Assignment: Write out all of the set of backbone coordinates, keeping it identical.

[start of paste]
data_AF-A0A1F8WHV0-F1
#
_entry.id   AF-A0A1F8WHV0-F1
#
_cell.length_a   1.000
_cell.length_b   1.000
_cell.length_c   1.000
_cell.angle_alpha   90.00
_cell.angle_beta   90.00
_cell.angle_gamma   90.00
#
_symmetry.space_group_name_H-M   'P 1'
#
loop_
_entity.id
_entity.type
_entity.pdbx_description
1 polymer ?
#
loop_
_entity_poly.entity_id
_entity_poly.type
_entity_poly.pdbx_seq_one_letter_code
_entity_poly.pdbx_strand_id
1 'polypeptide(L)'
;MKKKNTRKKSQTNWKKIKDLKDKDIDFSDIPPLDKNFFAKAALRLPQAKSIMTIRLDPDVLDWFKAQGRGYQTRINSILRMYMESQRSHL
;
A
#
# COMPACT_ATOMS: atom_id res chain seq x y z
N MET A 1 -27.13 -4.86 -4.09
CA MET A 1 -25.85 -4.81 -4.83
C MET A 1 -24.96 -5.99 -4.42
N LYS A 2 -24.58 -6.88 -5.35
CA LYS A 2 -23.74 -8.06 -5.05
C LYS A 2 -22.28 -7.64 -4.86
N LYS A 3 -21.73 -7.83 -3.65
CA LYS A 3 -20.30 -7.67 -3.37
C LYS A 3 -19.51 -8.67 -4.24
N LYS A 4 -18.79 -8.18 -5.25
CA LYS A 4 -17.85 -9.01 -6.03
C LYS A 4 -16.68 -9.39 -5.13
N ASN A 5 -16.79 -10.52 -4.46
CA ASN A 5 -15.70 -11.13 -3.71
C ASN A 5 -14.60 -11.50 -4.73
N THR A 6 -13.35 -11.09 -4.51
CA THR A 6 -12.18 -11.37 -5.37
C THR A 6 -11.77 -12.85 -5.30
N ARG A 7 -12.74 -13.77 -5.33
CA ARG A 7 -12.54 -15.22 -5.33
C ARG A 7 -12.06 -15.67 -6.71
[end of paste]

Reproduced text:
data_AF-A0A1F8WHV0-F1
#
_entry.id   AF-A0A1F8WHV0-F1
#
_cell.length_a   1.000
_cell.length_b   1.000
_cell.length_c   1.000
_cell.angle_alpha   90.00
_cell.angle_beta   90.00
_cell.angle_gamma   90.00
#
_symmetry.space_group_name_H-M   'P 1'
#
loop_
_entity.id
_entity.type
_entity.pdbx_description
1 polymer ?
#
loop_
_entity_poly.entity_id
_entity_poly.type
_entity_poly.pdbx_seq_one_letter_code
_entity_poly.pdbx_strand_id
1 'polypeptide(L)'
;MKKKNTRKKSQTNWKKIKDLKDKDIDFSDIPPLDKNFFAKAALRLPQAKSIMTIRLDPDVLDWFKAQGRGYQTRINSILRMYMESQRSHL
;
A
#
# COMPACT_ATOMS: atom_id res chain seq x y z
N MET A 1 -27.13 -4.86 -4.09
CA MET A 1 -25.85 -4.81 -4.83
C MET A 1 -24.96 -5.99 -4.42
N LYS A 2 -24.58 -6.88 -5.35
CA LYS A 2 -23.74 -8.06 -5.05
C LYS A 2 -22.28 -7.64 -4.86
N LYS A 3 -21.73 -7.83 -3.65
CA LYS A 3 -20.30 -7.67 -3.37
C LYS A 3 -19.51 -8.67 -4.24
N LYS A 4 -18.79 -8.18 -5.25
CA LYS A 4 -17.85 -9.01 -6.03
C LYS A 4 -16.68 -9.39 -5.13
N ASN A 5 -16.79 -10.52 -4.46
CA ASN A 5 -15.70 -11.13 -3.71
C ASN A 5 -14.60 -11.50 -4.73
N THR A 6 -13.35 -11.09 -4.51
CA THR A 6 -12.18 -11.37 -5.37
C THR A 6 -11.77 -12.85 -5.30
N ARG A 7 -12.74 -13.77 -5.33
CA ARG A 7 -12.54 -15.22 -5.33
C ARG A 7 -12.06 -15.67 -6.71